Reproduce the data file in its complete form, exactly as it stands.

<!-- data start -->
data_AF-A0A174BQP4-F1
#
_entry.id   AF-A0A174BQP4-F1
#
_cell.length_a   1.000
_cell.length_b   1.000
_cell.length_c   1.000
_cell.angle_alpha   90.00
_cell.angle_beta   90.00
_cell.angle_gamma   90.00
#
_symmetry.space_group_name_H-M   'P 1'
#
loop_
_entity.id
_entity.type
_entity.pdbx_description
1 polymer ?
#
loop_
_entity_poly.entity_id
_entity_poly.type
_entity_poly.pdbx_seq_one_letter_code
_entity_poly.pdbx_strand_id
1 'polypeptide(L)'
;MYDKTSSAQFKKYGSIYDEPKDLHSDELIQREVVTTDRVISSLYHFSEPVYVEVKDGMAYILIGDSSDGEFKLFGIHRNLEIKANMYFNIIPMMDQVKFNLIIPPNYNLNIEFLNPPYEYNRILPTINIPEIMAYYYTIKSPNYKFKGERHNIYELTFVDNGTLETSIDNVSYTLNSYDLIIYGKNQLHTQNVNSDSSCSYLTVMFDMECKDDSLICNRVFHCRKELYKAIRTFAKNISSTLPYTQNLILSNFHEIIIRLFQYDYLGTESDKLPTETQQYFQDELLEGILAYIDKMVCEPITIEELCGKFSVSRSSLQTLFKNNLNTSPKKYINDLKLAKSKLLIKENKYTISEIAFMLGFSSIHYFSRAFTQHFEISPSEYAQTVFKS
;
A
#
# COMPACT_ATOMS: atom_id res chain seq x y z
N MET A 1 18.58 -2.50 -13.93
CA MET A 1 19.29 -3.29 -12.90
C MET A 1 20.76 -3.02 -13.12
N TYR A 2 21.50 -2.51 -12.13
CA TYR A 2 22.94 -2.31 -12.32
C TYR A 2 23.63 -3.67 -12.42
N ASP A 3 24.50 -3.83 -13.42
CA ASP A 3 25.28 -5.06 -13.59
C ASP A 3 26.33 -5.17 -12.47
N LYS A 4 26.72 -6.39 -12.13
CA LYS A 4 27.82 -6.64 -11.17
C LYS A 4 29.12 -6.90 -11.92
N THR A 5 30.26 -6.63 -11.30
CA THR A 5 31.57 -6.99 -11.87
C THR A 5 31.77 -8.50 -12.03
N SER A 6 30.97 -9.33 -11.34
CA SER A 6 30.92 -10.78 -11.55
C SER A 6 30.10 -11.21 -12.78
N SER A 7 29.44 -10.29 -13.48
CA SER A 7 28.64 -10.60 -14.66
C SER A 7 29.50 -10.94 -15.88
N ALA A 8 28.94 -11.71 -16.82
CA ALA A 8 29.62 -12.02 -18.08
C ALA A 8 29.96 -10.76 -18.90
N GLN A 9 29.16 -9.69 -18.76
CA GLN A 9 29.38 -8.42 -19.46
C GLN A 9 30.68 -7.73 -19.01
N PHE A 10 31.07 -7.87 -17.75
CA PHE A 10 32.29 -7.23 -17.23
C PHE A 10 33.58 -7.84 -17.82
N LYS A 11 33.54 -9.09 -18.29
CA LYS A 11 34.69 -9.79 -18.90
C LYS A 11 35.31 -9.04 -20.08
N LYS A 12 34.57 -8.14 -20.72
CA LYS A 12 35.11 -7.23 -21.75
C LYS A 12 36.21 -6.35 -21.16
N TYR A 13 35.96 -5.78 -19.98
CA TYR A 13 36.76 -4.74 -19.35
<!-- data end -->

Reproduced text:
data_AF-A0A174BQP4-F1
#
_entry.id   AF-A0A174BQP4-F1
#
_cell.length_a   1.000
_cell.length_b   1.000
_cell.length_c   1.000
_cell.angle_alpha   90.00
_cell.angle_beta   90.00
_cell.angle_gamma   90.00
#
_symmetry.space_group_name_H-M   'P 1'
#
loop_
_entity.id
_entity.type
_entity.pdbx_description
1 polymer ?
#
loop_
_entity_poly.entity_id
_entity_poly.type
_entity_poly.pdbx_seq_one_letter_code
_entity_poly.pdbx_strand_id
1 'polypeptide(L)'
;MYDKTSSAQFKKYGSIYDEPKDLHSDELIQREVVTTDRVISSLYHFSEPVYVEVKDGMAYILIGDSSDGEFKLFGIHRNLEIKANMYFNIIPMMDQVKFNLIIPPNYNLNIEFLNPPYEYNRILPTINIPEIMAYYYTIKSPNYKFKGERHNIYELTFVDNGTLETSIDNVSYTLNSYDLIIYGKNQLHTQNVNSDSSCSYLTVMFDMECKDDSLICNRVFHCRKELYKAIRTFAKNISSTLPYTQNLILSNFHEIIIRLFQYDYLGTESDKLPTETQQYFQDELLEGILAYIDKMVCEPITIEELCGKFSVSRSSLQTLFKNNLNTSPKKYINDLKLAKSKLLIKENKYTISEIAFMLGFSSIHYFSRAFTQHFEISPSEYAQTVFKS
;
A
#
# COMPACT_ATOMS: atom_id res chain seq x y z
N MET A 1 18.58 -2.50 -13.93
CA MET A 1 19.29 -3.29 -12.90
C MET A 1 20.76 -3.02 -13.12
N TYR A 2 21.50 -2.51 -12.13
CA TYR A 2 22.94 -2.31 -12.32
C TYR A 2 23.63 -3.67 -12.42
N ASP A 3 24.50 -3.83 -13.42
CA ASP A 3 25.28 -5.06 -13.59
C ASP A 3 26.33 -5.17 -12.47
N LYS A 4 26.72 -6.39 -12.13
CA LYS A 4 27.82 -6.64 -11.17
C LYS A 4 29.12 -6.90 -11.92
N THR A 5 30.26 -6.63 -11.30
CA THR A 5 31.57 -6.99 -11.87
C THR A 5 31.77 -8.50 -12.03
N SER A 6 30.97 -9.33 -11.34
CA SER A 6 30.92 -10.78 -11.55
C SER A 6 30.10 -11.21 -12.78
N SER A 7 29.44 -10.29 -13.48
CA SER A 7 28.64 -10.60 -14.66
C SER A 7 29.50 -10.94 -15.88
N ALA A 8 28.94 -11.71 -16.82
CA ALA A 8 29.62 -12.02 -18.08
C ALA A 8 29.96 -10.76 -18.90
N GLN A 9 29.16 -9.69 -18.76
CA GLN A 9 29.38 -8.42 -19.46
C GLN A 9 30.68 -7.73 -19.01
N PHE A 10 31.07 -7.87 -17.75
CA PHE A 10 32.29 -7.23 -17.23
C PHE A 10 33.58 -7.84 -17.82
N LYS A 11 33.54 -9.09 -18.29
CA LYS A 11 34.69 -9.79 -18.90
C LYS A 11 35.31 -9.04 -20.08
N LYS A 12 34.57 -8.14 -20.72
CA LYS A 12 35.11 -7.23 -21.75
C LYS A 12 36.21 -6.35 -21.16
N TYR A 13 35.96 -5.78 -19.98
CA TYR A 13 36.76 -4.74 -19.35